So easy.  Put everything in your slow cooker and leave on low for 7-8 hours or high for 4-5 hours.  This makes a LOT so I just put some in my freezer, but you could take it for lunch the next day (sooo much better than your colleague’s PB&J).  Whip up some 15 minute dinner rolls and a fresh garden salad and your friends and family will be drooling.



PS. I concur. this recipe rocks! Chris

Mens running shorts

This short post covers my (Chris) two favorite running shorts: the Prana flex short ($59) and Patagonia nine trails ($~45-70). They’re not just for running; I recommend them for hiking, cycling, walking, or literally any high output activity where you work up a sweat and don’t want to chafe.

If you are still rocking those high-school mesh shorts you need to upgrade!


Prana – Flex short


These are some of the best shorts I’ve ever owned. Rachel bought them for me in 2013 and they still look brand new. I’ve done a 24 km Spartan Beast in them, hiked 75 km of the West Coast Trail, and used them 2-3x a week for 5-15 km runs for the last three years.

They have a great moisture wicking liner which provides good compression and climate control. They do start feeling a bit uncomfortable after the 15 km mark on a high-output run due to a poorly placed seam in the groin.

The outers are a light, fast drying polyester. They have one small pocket on the right thigh. It can hold an energy gel and a key or two. It closes with Velcro. I found it best to run with nothing in that pocket, which is inconvenient if you like carrying stuff with you on your runs. So if you’re looking for a long distance short check out the Nine Trails.


Patagonia – Nine Trails


Lately I’ve (Chris) been getting into longer distance runs, and I’ve found the Nine Trails shorts to work perfectly. They have slightly more compression and most importantly they have three zipper pockets. These pockets hold gels, snacks, keys, and even my phone.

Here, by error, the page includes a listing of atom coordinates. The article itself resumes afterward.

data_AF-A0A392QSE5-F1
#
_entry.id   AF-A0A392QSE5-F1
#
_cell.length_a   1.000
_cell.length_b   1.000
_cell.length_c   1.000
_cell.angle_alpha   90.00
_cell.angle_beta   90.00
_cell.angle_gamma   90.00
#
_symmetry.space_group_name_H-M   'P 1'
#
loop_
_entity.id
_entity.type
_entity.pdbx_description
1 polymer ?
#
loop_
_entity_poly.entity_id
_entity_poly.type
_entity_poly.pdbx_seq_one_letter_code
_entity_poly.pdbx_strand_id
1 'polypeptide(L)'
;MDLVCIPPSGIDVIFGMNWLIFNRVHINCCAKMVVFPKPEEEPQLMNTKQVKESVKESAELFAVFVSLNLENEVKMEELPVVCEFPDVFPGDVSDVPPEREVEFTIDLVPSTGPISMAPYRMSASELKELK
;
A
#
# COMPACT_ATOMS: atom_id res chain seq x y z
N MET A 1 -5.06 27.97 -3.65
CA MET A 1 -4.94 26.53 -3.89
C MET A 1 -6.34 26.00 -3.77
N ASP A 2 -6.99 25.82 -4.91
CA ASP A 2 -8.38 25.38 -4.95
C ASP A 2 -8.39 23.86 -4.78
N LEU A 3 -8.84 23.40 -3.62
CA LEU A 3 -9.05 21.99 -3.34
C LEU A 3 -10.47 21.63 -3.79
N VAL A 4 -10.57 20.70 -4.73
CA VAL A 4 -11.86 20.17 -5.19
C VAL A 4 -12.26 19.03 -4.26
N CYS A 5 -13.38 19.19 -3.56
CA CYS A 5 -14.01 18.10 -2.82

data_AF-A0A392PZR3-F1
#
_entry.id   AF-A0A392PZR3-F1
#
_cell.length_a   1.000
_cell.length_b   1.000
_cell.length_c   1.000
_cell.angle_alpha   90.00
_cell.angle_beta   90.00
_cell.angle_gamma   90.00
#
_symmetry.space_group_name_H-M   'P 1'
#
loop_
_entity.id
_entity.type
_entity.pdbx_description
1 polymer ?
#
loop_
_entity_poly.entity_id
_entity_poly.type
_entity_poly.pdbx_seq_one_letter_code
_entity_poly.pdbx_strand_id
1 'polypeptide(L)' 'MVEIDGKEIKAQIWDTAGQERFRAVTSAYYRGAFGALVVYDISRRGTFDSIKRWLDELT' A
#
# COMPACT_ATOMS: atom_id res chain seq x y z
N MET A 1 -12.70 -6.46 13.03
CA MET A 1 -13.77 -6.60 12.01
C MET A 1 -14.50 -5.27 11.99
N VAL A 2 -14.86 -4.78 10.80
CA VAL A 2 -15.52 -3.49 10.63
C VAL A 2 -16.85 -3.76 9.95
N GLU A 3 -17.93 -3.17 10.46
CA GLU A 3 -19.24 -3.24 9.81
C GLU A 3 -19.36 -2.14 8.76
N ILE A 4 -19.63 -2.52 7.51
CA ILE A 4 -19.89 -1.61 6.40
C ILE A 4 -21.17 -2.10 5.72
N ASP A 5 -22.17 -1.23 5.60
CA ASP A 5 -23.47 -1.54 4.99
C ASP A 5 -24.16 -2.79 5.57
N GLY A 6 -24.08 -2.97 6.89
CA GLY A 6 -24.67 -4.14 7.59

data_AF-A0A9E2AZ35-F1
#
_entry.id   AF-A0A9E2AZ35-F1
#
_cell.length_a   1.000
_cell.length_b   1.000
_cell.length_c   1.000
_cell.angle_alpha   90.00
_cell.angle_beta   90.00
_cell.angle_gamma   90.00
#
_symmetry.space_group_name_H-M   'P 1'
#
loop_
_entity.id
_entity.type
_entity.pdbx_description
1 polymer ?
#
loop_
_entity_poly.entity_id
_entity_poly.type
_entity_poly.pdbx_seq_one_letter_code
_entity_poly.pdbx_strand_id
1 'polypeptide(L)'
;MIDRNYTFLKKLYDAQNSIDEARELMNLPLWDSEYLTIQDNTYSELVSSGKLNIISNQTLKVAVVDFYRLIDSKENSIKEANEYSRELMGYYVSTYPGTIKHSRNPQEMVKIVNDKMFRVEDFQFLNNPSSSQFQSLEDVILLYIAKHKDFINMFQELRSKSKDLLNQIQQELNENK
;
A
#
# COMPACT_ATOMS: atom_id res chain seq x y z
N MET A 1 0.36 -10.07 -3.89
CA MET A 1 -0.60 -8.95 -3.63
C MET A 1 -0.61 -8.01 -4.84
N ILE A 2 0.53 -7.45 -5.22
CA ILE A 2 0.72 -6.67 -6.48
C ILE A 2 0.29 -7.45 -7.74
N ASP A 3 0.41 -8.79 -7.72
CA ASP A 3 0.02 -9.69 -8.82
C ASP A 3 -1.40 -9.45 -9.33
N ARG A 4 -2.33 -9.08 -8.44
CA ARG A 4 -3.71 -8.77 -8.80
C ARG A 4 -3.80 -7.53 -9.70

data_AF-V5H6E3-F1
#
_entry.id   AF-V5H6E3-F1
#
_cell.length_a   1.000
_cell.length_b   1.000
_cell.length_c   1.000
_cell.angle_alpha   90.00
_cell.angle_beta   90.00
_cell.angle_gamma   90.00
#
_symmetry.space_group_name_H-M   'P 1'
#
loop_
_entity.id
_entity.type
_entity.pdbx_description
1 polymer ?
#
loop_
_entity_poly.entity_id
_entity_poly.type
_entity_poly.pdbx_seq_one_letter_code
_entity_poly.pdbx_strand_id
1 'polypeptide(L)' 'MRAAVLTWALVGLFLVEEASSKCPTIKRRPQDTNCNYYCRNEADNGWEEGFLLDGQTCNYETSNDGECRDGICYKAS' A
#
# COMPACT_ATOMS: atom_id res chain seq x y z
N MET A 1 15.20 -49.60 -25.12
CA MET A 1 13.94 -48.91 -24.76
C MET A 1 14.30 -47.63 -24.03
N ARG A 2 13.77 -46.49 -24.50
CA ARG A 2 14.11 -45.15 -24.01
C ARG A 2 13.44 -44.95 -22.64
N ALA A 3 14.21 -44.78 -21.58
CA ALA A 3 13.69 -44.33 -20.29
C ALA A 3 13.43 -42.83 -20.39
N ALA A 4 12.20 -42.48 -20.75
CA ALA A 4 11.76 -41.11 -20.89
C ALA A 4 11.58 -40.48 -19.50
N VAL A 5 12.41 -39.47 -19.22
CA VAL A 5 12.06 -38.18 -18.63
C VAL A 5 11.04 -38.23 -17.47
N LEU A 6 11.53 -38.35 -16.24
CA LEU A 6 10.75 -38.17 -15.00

The amazing features of the pockets is that the contents in them don’t bounce around.

The inner liner is seamless wicks moisture well and only starts smelling after my third-fourth run in them. It provides good support for my man parts. The outer is a light-durable fast drying material.

I’m hoping to use these shorts as I keep training for longer trail runs (possibly an ultra). 

Life-saving Epipen Hack

You just used your Epipen in the backcountry and now the medication is wearing off. Your breathing feels tight and you feel lightheaded. What to do?

This post will show you how to utilize the remaining three doses of epinephrine from an Epipen.**

You should know how to help someone having an anaphylactic reaction use their own Epipen to dispense life preserving epinephrine; “Lift blue to sky, hold and push orange to thigh.”

However, often one single dose of epinephrine from an Epipen will not be sufficient to stave off life threatening distributive shock. This is particularly an issue in remote or wilderness situations.

Why should you care? Any place where paramedics are unable to help you immediately could be a situation where a person could suffer progressive shock and suffocation which can only be helped with additional doses of epinephrine.

Yes, that could be in a downtown apartment tower, in a city park, in a ski-hill chairlift, on a rural road, on your next hike, or your next trip overseas on an intercontinental flight!

In the emergency room patients often need multiple doses of epinephrine because of ongoing low blood pressure or breathing problems. The only way to keep them alive is by giving epinephrine every 5-10 minutes.

Apparently an Epipen costs $300-$450 in the USA, this is all the more reason to know this life hack.

So, here we go!

Every Epipen has MORE than 1 dose of epinephrine in it. However for safety reasons the remaining epinephrine remains locked inside the plastic case.

Here’s two different ways to access it:

  1. Saw it open using trauma shears to open it (fastest)
  2. Cut it open (safest & slowest)

Option 1:

The simplest way is to grab a pair of trauma shears and squeeze the blade on the back 3 cm of the Epipen and cut it off. 

Now apply firm pressure on the scissors while twisting the Epipen. Soon you’ll cut through the outer plastic and the back part will pop off. See the pictures and description below for the next steps. 

Option 2: 

Use a knife as illustrated in the photos below to take it apart.

Remove the metal spring and turn the chamber upside down. A glass syringe should fall into your hand. Carefully pull off the silicone needle protector.

The syringe usually has three more doses in it. To accurately dose them draw air into the inverted syringe, then invert it again when you administer epinephrine. 


This demonstration was with the ADULT (yellow) Epipen. It works the same with the pediatric Epipen.

Side note: how long does my Epipen last?